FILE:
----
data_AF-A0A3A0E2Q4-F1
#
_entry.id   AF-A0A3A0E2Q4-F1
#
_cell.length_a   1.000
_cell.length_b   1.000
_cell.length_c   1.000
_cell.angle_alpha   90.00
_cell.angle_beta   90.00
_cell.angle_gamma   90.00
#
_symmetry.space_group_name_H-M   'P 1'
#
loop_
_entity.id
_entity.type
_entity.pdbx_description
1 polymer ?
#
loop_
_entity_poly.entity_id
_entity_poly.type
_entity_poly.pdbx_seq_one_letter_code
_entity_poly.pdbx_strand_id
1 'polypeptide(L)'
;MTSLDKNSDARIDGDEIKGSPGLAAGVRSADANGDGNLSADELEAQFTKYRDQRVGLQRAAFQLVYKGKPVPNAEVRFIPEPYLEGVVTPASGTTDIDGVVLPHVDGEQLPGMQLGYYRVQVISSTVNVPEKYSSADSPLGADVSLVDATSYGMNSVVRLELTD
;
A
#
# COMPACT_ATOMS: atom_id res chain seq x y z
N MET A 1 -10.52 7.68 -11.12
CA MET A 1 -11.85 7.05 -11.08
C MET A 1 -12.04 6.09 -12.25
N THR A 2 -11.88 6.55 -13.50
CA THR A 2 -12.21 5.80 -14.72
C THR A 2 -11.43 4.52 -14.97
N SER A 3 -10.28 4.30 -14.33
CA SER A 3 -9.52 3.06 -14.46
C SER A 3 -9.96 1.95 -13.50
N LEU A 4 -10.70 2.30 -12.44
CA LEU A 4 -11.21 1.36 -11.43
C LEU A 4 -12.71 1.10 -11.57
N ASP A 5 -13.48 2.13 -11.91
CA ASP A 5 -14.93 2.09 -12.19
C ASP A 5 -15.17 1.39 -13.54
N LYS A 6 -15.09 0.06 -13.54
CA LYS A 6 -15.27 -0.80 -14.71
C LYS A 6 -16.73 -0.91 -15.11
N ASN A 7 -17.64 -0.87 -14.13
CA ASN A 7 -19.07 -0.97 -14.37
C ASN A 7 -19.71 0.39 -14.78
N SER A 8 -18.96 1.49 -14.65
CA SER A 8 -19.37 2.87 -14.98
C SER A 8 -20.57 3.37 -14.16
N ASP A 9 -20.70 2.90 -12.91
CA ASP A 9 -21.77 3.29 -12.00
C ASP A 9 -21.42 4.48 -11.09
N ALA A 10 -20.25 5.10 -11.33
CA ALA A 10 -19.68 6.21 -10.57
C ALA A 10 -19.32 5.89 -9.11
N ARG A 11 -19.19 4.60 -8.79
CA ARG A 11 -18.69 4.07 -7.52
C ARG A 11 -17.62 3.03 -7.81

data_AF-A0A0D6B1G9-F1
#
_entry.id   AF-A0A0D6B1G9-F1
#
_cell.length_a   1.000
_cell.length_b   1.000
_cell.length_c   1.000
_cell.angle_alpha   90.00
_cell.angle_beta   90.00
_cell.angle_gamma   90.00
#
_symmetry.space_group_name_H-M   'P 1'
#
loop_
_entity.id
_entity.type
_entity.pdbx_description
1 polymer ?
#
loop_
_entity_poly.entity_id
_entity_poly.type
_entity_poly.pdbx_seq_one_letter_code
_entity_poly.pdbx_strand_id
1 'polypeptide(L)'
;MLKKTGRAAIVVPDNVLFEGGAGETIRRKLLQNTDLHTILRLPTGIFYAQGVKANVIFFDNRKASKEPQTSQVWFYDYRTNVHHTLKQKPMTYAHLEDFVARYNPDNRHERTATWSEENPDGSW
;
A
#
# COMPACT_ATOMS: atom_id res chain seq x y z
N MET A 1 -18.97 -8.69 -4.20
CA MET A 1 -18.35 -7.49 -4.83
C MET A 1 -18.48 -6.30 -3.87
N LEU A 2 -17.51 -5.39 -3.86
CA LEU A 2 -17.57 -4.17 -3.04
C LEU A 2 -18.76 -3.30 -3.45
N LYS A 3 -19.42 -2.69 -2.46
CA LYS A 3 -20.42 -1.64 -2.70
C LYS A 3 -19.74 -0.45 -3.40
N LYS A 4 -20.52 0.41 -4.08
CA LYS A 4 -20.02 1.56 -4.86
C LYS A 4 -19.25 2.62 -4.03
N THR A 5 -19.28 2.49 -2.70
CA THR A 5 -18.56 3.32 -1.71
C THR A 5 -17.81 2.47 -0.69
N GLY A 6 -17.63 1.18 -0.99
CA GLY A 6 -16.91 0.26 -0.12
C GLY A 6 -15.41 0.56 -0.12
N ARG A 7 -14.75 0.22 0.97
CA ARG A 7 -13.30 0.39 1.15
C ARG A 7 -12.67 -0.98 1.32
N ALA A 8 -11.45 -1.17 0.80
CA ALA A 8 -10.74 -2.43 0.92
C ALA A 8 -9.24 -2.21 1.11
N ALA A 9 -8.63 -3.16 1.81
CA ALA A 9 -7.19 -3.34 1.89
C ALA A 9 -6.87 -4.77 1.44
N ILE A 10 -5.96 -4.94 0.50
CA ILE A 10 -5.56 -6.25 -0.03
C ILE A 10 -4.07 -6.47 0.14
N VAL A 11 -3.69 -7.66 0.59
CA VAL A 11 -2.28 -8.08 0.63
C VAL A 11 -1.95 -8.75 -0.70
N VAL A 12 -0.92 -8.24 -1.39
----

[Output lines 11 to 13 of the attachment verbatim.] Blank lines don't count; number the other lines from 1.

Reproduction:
#
_symmetry.space_group_name_H-M   'P 1'
#